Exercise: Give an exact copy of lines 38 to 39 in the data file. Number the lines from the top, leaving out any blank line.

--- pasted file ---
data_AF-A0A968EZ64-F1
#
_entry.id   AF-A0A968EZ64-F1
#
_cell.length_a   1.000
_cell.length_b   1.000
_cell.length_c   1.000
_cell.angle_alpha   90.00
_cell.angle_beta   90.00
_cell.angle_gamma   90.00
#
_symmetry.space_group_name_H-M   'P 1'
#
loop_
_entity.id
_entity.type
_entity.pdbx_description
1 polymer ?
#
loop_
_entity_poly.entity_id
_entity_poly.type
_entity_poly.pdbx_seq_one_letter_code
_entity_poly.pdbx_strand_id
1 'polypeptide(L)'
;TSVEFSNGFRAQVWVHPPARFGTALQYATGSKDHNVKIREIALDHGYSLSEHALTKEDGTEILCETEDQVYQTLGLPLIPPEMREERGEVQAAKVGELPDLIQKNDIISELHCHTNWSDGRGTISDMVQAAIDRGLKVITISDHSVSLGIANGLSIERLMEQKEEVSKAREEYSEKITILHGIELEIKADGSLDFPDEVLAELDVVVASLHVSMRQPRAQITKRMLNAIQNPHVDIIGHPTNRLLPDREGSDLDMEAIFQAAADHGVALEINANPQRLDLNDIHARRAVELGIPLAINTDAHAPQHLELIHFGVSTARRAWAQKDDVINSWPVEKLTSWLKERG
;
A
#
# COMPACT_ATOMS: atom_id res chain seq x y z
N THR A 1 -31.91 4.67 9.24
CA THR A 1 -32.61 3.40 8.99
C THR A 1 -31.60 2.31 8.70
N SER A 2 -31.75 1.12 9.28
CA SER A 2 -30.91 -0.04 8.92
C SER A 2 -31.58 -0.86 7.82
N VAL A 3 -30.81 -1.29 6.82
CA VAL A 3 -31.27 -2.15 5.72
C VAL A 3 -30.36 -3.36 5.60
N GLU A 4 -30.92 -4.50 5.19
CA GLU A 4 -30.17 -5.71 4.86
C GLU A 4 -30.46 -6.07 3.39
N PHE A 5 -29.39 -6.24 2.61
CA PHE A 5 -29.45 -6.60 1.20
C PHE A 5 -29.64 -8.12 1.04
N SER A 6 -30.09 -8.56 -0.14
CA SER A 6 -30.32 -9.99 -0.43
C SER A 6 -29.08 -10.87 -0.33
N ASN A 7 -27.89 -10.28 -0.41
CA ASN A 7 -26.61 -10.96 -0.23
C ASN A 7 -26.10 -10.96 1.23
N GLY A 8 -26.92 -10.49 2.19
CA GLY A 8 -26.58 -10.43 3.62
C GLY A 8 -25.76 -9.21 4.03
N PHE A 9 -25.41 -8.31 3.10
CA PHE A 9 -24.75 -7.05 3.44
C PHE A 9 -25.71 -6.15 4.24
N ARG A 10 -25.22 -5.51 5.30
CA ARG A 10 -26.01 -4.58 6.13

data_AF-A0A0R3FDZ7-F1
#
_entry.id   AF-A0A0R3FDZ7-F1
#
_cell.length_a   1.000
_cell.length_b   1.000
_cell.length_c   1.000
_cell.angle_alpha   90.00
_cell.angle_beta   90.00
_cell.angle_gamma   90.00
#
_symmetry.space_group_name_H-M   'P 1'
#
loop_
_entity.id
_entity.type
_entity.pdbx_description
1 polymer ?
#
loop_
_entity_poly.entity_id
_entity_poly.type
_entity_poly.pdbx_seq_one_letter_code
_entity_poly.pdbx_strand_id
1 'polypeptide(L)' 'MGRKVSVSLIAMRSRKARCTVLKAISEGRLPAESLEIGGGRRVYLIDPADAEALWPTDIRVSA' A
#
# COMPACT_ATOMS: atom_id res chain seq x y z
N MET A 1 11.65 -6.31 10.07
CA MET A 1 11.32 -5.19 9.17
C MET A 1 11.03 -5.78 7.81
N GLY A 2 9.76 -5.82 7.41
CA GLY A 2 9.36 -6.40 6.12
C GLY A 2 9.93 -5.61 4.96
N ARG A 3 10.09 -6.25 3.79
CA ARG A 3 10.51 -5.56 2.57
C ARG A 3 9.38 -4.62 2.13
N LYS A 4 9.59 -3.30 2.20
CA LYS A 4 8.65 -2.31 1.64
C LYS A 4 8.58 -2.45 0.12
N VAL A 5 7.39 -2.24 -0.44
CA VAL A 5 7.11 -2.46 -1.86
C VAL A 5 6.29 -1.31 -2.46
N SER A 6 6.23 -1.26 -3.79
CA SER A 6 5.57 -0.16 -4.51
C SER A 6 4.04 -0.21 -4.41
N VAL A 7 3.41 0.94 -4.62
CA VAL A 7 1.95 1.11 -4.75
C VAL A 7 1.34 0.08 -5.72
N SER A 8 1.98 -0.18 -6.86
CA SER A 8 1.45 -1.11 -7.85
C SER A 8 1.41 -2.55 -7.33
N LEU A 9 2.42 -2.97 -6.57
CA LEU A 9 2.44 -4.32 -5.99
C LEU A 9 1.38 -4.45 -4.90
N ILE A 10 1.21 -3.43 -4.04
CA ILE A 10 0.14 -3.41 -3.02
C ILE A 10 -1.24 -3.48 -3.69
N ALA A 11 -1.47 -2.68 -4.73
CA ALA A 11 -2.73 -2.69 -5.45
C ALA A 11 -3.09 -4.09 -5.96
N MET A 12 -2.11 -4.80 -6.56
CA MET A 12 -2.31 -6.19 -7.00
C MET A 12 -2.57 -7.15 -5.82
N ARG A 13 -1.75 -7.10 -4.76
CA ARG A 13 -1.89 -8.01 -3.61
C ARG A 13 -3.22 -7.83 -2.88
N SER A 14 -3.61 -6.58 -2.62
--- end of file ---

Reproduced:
CA VAL A 3 -31.27 -2.15 5.72
C VAL A 3 -30.36 -3.36 5.60